Saturday, April 25, 2009

Aaron Curry

That's what I'm talking about.

The Other 103

Something I thought about the other day which no doubt many others are thinking about. Are we going to learn the names of the other players 103 who tested positive for ‘roids along with Alex Rodriguez?

Isn’t it a guarantee that there are going to be names on that list that we really, really, really wish weren’t on there? No one is going to be surprised if (come on, who am I kidding) when Bret Boone’s name appears on that list given season out of nowhere followed by his toss-a-boulder-out-of-an-airplane-at-30,000-feet free fall. But what about other names? What if Edgar Martinez shows up on that list? Would you be surprised? I wouldn’t be, but that’s because while I am overly sentimental at times, I’m definitely far more cynical than I’d like to be. I’m hoping, and pretty much everyone I know who roots for the M’s is hoping, that he’s clean and he’s always been clean. But the fear I have about his name showing up lingers.

It would be such a devastating revelation that I don’t want to think about it, but it’s there. We all know it’s possible. If ‘roids use was so widespread, why would he be immune? Why would he be shielded?

I’m preemptively asking why when there is no proof linking him with any usage, but that doesn’t mean I’m not worried about it.

Coming Around on Junior

I neglected to write about what I saw from Griffey the other day. I must admit, the guy is reeling me back in. Not because I necessarily like him, but it seems like he, and Mike Sweeney, have had what can only be considered a positive impact on the team. Attitude means a lot in sports and evidently those two guys have ensured that the any negative attitude that this Mariners team shows is stomped out completely and immediately.

If the attitude is the only thing that changed about the team and they were still losing, I wouldn’t care at all. But they are winning, so I do care. And it’s cool.

While I like what I see in Griffey, the weirdest thing for me is to see him at the bat about 1.5 times the size as he used to be. His swing is still beautiful and he’s always had an ass on him, but he’s just so unbelievably thick. I only saw snippets of him when he played for Cincy so I never really noticed just how large he got. It’s pretty remarkable. He’s got like a full inch layer of extra thickness all over his body.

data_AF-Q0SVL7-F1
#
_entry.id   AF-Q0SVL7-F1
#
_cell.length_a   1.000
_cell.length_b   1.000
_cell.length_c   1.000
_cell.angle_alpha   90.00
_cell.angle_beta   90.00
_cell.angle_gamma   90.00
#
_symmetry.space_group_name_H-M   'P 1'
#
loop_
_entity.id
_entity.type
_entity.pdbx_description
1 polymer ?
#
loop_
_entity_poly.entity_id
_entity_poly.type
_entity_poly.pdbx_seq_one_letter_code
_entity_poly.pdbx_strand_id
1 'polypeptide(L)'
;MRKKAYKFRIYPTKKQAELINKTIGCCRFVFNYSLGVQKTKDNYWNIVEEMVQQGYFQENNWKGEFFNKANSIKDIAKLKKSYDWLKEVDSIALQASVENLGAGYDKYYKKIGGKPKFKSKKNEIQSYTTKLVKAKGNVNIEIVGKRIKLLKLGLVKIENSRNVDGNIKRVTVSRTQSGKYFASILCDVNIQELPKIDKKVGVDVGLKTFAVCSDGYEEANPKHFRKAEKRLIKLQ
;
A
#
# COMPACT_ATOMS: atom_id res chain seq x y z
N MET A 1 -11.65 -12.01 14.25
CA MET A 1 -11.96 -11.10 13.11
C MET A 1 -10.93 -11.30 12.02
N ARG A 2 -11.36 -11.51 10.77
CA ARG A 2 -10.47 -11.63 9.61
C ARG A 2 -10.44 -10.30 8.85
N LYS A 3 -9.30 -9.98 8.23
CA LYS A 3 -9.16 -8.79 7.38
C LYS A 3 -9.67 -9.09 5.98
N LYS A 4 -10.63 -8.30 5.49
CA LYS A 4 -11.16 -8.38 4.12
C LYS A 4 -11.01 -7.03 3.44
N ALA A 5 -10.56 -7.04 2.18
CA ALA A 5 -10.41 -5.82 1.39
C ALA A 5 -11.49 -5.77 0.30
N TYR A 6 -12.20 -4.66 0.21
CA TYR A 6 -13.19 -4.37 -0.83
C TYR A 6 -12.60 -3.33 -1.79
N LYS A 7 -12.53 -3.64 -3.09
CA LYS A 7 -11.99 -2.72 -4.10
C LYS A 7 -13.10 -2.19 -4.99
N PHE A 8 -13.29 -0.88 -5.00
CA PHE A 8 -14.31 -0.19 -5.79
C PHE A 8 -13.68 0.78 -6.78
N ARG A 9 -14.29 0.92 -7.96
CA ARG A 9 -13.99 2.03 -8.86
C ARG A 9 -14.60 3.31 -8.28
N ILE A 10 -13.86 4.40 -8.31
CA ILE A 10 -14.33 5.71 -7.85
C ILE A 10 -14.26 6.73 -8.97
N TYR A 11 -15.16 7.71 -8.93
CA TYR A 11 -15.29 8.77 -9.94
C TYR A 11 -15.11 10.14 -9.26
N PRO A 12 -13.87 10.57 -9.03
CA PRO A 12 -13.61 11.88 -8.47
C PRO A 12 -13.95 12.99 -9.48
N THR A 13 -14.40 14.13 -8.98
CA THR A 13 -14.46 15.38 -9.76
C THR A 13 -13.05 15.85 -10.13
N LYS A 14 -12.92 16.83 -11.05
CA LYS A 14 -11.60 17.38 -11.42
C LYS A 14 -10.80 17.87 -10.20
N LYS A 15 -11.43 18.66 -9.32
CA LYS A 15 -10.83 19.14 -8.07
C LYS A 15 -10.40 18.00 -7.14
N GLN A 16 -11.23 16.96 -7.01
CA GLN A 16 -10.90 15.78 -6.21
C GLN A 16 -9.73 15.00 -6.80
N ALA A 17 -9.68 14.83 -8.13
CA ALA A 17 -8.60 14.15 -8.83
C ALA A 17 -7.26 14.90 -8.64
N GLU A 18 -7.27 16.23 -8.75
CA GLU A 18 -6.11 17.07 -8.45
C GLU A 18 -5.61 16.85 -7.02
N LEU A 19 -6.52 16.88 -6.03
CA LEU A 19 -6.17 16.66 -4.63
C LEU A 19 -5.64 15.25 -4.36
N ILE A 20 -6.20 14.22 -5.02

Another striking thing about him is the way that he runs. On Jackie Robinson day when he scored from first, he rounded the bases in a very un 1995-like way (of course, that was 14 years ago). Simply put, the guy is 39-years old and runs accordingly. He’s slow. But I will say this, he looks like he’s running smartly so as not to burst his hamstrings or rupture his Achilles. He’s been through enough injuries to know just how far he can push himself before catastrophe ensues. The way that he’s running, it seems abundantly clear that he should spend next to zero amount of time in the outfield. His speed has run away from him and he can no longer catch up to it. That’s fine. Keep being a good guy in the clubhouse and making this team of former losers into winners. If that’s the reason they brought him here (and not for pure sentiment) then I applaud it.

Apologizing for the Good Dude

Another reason I’m concerned about drafting a QB is due to my affection for Matt Hasselbeck. I love nearly everything about his game, with the huge exception that he tends to lose the strike zone on deep balls and also tends to throw what look to be horrible interceptions. However, I’m almost certain that at least half of his INTs are due to WRs doing the wrong thing or a miscommunication between QB and WR. I say this because some of those INTs are so egregious and there is no way he simply throws that bad of a pass. We, at home, don’t have the benefit of seeing what happens downfield and we don’t know the playbook so it’s hard to determine what went wrong on INTs. Anyway, I maintain that it’s likely not all Hasselbeck’s fault. You can call me an apologist for him and you’d probably be right.

In addition to Hasselbeck being a good QB, he’s shown himself to be a good dude off of the field. As I’ve said before he could be a great color guy at some point for several reasons, but even when the camera isn’t on he holds up. A friend of mine relayed this story to me. A father of a senior in high school ran into Hasselbeck in the grocery store and chatted him up a little bit and told Hasselbeck that his son and a few of his son’s friends were considering going to Boston College in the fall and if he (Hasselbeck) didn’t mind, could he stop by his house and talk to them about going to school there. Hasselbeck said sure, got the address, and time to be there and moved on. The dad didn’t think that he’s show up because he certainly didn’t have to. So the kids are all over at his house and the doorbell rings and it’s Hasselbeck, his wife, and his kids. He’d come to talk to them about going to B.C. and all sorts of other stuff. I guess he just hung out with the kids and answered any questions that they had and was super cool.